60

48%

50

40

30

20

10%

10

6%

6%

5%

4%

3%

0

48 Secondary school destination data was collected for 108 leaders. Percentages therefore use this as the base. Where two schools are recorded for one leader, both are used. 49

Classification of elite and non-elite schools was made in consultation with our research partner, CDD.

50 Where no data is recorded, it is not always known whether this is because the leader did not attend university or simply that we were unable to find a record of it. 51

These include vocational, military and religious training.

52

Scores of more than 100% show most longlist leaders have completed more than one degree, hence a sum of greater than 100%

53

Scores do not add up to 50% because some have both Ghanaian and overseas postgraduate degrees.

39

Figure 5.5: Longlist leaders – university destination country 80

66%

Number of longlist leaders

70

60

50

40

30%

30%

30

20

7%

10

0

Studied in Ghana

Studied in USA

Studied in UK

Studied in other country

Figure 5.6: Longlist leaders – highest educational achievement54 70

50%

Number of longlist leaders

60

50

40

30

19%

20

10

11%

13%

6%

0

Secondary only

Post-secondary

Undergraduate

Postgraduate

PhD

This is comparable with the educational profile of current Members of Parliament: 90% having completed some sort of tertiary education, 38% having a second degree and 10% having PhDs; 37% have studied abroad, but the UK and US are no longer the dominant destinations they once were (10% have studied in UK and 3.5% in US) (Osei, 2013: 19). Looking at other African leaders from the same period, however, we see that Ghanaian developmental leaders seem to be better educated than their continental counterparts, with only around one third of African heads of state from 1960s and 1970s having an undergraduate degree or higher (Theron, 2011).54 Lawyers are often said to dominate Ghanaian politics, and we find that it is the most common subject amongst the longlist, with at least 25% having studied law at some point.55 Other popular subjects were economics (19%), politics (12%), journalism (9%), public administration, management, history and English (7% each). The dominance of law and economics graduates is consistent with findings from Theron (2011) on the most common fields of study among African leaders. In relation to law graduates, Theron (2011: 13) suggests that: “...leaders who have been educated in Law have better understanding of governance, the rule of law, the importance of institutional integrity and application of constitutional principles, which in turn may provide them with enhanced respect for abiding by presidential term limits.” 54 For each individual there is an underestimation bias; we simply may not have found evidence of their highest educational achievement. 55 Data was collected for 251 degrees, but the subject studied was only known for 213 of these. Figures for numbers studying each subject are therefore our minimum estimate, with the actual number likely to be around one-fifth higher. The base value for percentages is the total number of leaders (115). Where multiple subjects were studied on the same course (such as combined philosophy, politics and economics) we have counted each.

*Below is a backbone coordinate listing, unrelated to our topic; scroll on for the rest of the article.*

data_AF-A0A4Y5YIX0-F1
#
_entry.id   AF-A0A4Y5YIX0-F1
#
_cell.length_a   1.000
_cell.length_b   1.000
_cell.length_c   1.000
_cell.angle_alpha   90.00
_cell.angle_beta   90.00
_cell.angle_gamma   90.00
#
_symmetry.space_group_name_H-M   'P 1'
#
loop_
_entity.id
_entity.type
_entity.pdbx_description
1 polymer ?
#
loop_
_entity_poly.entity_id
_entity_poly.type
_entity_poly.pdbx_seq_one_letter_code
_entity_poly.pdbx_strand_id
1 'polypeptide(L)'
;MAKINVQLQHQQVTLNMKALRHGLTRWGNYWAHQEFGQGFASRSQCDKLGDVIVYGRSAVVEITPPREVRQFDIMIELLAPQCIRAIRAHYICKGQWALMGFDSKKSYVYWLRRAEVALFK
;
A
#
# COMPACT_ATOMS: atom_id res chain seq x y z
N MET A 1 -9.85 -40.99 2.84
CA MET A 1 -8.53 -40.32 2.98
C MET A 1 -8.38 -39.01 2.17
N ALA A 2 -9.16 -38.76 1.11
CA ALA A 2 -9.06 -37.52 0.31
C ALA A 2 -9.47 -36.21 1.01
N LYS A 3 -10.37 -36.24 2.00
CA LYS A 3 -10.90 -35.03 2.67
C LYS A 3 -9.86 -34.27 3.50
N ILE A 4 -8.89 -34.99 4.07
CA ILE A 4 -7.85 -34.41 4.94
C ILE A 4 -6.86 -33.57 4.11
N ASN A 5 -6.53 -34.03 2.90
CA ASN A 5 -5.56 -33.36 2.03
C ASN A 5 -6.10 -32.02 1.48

40

Theron also found that around 50% of leaders who studied economics completed their studies outside Africa and then presided over their countries during a steady or significant period of economic growth. Nearly 70% of these economics graduates had centre-right political leanings, suggesting a more Western approach to economics and support for democracy (Theron, 2011: 13). Figure 5.7: Longlist leaders – subject choice at university 35

Number of longlist leaders

30

25

25%

19%

20

15

12%

9%

10

5

0

7%

7%

7%

7%

5%

4%

3%

3%

3%

3%

41

6.0 Analysis of developmental leadership education in Ghana

This chapter examines the role of secondary and higher education in the formation of developmental leaders in Ghana, drawing on analysis of 27 interviews conducted with some of the most significant developmental leaders associated with the reform areas (see Figure 6.1).56 It corresponds to step 6 (interviews with key reformers) and step 7 (analysis of skills and values) in our seven research steps. Figure 6.1: Interviewee leaders – reform areas 18